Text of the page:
I continued banging on my keyboard until I heard the whirring of the motor stop. Roger peaked around the corner and told me it would take an hour or so for the carpet to dry enough to walk on. “Do you mind if I get my gear together in here?” I agreed.
As he was putting up hoses and attachments, he began to explain the extreme versatility of the Kirby G6 – Limited Edition. The package he had with him that day came with a base vacuum which offered an “onboard transmission” so the motor wouldn’t wear out. It also allowed the vacuum to be easier to push. It offered the ability to blow as well as pull suction. This, as Roger explained, was useful for blowing up pool toys or inflatable balls – and for deflating air mattresses, etc. so they would lie completely flat for storage. The carpet cleaner attachment would… Well, you get the idea.
(Secret #6 – Focus on benefits, not features. We’ve all heard the phrase before, however most don’t apply it. I wouldn’t care anything in the world about a vacuum with “onboard transmission” because I don’t have a clue what it is or what it does for me. Once explained, however, I love the idea of a vacuum that “drives itself.”)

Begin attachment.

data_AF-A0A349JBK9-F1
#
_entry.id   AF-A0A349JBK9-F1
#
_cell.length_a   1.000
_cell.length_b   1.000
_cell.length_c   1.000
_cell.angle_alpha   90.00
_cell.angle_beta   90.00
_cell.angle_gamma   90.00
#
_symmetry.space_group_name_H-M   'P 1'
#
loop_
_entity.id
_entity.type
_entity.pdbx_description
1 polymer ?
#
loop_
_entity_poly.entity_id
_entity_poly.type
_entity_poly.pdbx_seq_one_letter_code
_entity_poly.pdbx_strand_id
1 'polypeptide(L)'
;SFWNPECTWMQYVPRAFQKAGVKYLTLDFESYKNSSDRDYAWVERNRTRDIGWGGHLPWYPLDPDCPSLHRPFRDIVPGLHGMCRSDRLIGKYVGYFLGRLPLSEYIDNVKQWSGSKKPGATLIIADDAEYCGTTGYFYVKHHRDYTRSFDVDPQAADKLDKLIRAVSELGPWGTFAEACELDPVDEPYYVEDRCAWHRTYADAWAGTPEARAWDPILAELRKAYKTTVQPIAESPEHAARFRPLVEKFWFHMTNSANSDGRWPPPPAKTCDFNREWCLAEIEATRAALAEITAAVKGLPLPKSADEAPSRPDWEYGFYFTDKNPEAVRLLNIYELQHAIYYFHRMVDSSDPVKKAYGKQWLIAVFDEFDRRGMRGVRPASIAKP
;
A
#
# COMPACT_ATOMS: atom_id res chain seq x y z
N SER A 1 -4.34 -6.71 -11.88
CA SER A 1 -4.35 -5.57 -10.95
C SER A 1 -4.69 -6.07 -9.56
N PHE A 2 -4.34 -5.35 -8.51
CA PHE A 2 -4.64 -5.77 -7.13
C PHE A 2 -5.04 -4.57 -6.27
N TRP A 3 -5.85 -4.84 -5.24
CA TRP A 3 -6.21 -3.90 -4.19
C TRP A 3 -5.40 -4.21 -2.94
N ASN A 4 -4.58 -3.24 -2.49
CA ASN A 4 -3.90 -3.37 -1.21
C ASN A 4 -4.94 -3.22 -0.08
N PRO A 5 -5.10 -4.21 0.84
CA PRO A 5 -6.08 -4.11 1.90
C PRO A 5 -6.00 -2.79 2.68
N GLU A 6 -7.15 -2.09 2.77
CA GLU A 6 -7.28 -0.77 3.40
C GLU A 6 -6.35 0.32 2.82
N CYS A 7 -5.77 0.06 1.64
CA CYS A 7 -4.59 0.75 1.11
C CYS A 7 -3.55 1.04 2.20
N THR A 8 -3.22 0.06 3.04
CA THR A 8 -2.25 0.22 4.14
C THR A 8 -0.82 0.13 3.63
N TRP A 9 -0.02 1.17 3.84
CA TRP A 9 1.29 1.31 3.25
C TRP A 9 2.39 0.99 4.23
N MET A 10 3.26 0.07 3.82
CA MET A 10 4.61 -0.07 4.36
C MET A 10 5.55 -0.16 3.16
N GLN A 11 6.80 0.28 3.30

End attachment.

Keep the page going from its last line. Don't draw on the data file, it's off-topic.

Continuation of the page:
Lastly, after the full tour of how easy the vacuum was to operate, how much cleaner my house would be with less effort, and how versatile the vacuum/carpet cleaner was… we got to the price.
Needless-to-say, with Kirby’s reputation, I was expecting to pay and arm and a leg. However, Roger simply said, “All this can be yours for just $3.00 per day”. That didn’t sound so bad. “For how many days”, my cynical self asked. Roger laughed and pulled out his pricing sheet. To answer the question that you’ve had since the beginning of the article… Yes, I bought the vacuum.
(Secret #7 – Save the price for last. Get them to love your product or service and then – if possible – break the price out into as small an increment as you can. This saves the prospective customer from suffering “sticker shock” and makes the item appear more affordable.)
Was it worth it? Yes and yes. It was worth my time to find out how one of the most successful vacuum cleaner companies in America does its sales magic; and it was worth the price of the vacuum, too. I learned a lot from the Kirby vacuum cleaner man, and my house looks great!
Copyright 2001 Karon Thackston